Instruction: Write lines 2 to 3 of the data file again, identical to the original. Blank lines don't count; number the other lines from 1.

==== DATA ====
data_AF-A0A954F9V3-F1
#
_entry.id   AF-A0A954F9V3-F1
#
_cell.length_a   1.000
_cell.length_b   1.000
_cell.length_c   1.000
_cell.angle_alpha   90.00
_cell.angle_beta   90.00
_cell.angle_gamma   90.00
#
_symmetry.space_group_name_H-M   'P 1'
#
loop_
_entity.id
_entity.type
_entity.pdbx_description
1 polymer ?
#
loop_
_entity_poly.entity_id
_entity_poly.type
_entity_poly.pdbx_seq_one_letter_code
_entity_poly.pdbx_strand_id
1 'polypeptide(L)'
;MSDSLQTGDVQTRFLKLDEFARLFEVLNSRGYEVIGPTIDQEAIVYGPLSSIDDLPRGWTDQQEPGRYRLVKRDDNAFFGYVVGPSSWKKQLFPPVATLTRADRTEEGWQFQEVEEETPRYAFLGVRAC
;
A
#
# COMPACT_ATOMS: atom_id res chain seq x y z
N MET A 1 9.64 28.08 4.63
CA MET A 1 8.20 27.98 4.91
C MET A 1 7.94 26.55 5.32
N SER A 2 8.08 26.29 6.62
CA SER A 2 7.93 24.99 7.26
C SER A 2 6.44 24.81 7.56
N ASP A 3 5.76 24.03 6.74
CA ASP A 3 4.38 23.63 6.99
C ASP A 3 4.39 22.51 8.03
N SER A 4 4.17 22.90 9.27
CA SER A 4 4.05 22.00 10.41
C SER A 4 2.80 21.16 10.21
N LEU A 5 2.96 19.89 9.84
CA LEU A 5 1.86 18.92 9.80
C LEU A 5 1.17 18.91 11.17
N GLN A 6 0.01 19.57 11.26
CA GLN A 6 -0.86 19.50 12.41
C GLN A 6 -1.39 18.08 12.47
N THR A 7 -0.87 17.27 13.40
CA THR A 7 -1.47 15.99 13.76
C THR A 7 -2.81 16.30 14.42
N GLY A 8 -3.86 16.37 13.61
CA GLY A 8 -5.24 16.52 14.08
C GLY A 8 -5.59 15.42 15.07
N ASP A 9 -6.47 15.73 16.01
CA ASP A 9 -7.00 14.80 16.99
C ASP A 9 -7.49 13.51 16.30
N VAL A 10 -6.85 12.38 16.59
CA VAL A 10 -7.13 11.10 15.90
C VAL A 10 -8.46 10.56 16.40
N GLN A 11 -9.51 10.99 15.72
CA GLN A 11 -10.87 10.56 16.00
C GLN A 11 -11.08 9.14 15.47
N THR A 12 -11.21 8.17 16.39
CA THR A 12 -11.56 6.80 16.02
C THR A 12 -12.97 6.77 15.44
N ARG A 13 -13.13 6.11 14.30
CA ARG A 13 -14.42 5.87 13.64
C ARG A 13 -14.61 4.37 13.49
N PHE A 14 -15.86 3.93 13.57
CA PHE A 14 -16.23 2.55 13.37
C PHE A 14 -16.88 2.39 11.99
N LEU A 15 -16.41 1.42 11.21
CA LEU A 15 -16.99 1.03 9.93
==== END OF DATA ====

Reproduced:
#
_entry.id   AF-A0A954F9V3-F1